Nothing describes the decade we live in better than the multitude of digital devices that now drive our lifestyles—computers, big screen TVs, mobile phones. Regardless of age and occupation, time spent in front of a digital device has now increased to over 10 and a half hours each day, a one-hour increase over 2015 (CNN, America Screen Time, Nielsen). Technology has once again outpaced our understanding of its benefits and dangers but our knowledge is now catching up.
One of the hazards caused by all of this device use is digital eyestrain. Sometimes referred to as computer vision syndrome, it presents with a litany of symptoms causing mild impairment to our vision: dry eye, fatigue, blurred vision, eye twitching and red eyes. Experts also indicate that device use is responsible for headaches, back and neck aches and light sensitivity (Visual Ergonomics Handbook, J. Anshel, 2005, Taylor and Francis Group).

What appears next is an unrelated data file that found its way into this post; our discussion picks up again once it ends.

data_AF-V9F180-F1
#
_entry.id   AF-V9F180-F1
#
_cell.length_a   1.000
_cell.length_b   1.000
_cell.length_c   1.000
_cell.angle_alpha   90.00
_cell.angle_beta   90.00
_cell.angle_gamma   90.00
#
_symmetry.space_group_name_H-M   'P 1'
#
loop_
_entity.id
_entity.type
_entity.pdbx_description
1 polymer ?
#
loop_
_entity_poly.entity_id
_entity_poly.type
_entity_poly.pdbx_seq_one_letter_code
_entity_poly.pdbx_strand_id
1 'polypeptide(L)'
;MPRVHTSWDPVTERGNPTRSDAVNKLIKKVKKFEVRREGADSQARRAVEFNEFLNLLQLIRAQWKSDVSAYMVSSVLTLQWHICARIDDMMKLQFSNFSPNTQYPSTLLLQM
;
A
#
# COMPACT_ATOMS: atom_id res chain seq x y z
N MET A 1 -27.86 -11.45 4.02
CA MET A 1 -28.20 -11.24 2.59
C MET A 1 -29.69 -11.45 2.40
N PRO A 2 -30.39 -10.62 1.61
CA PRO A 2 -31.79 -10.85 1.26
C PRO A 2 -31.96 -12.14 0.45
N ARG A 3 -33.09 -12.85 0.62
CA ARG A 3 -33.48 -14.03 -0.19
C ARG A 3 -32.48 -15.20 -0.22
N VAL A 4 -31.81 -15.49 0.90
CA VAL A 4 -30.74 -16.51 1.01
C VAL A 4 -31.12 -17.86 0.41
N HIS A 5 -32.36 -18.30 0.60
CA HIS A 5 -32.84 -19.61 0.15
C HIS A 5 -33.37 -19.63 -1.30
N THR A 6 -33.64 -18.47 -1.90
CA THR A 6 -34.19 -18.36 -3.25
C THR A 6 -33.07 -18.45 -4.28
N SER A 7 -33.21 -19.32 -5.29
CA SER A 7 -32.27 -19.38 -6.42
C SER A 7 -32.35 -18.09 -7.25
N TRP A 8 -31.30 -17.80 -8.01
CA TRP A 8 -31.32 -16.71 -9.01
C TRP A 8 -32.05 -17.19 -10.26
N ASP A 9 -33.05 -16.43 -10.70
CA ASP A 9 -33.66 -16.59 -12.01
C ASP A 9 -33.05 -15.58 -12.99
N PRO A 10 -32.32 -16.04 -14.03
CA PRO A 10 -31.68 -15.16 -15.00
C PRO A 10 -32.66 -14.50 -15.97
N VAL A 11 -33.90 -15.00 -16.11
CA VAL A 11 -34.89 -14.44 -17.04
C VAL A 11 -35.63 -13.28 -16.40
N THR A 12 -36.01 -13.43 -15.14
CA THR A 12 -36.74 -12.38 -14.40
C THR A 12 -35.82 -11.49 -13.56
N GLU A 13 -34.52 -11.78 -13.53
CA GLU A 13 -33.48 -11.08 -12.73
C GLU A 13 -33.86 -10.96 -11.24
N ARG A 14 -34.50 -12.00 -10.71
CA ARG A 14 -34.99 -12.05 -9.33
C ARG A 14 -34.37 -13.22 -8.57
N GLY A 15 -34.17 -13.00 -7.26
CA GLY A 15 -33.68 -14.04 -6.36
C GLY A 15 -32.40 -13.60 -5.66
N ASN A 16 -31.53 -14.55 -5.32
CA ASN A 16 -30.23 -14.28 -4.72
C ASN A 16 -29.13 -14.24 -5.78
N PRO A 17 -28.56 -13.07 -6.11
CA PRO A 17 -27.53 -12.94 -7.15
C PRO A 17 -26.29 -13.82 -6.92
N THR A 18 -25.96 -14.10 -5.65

As with many concerns in optometry, help is available but only when consumers understand their condition, potential treatments and where to find help—a problem of education. Part of our responsibility as health care professionals is one of education. Online marketing, websites, direct mail and e-mail have made outreach to community members cost effective and accessible to almost all. Each patient leaving your office is a potential marketer and educator for your practice if, and only if, they are equipped with the right information. Visit hubspot.eyecarepro.net/digital-eye-strain to download a digital eyestrain campaign.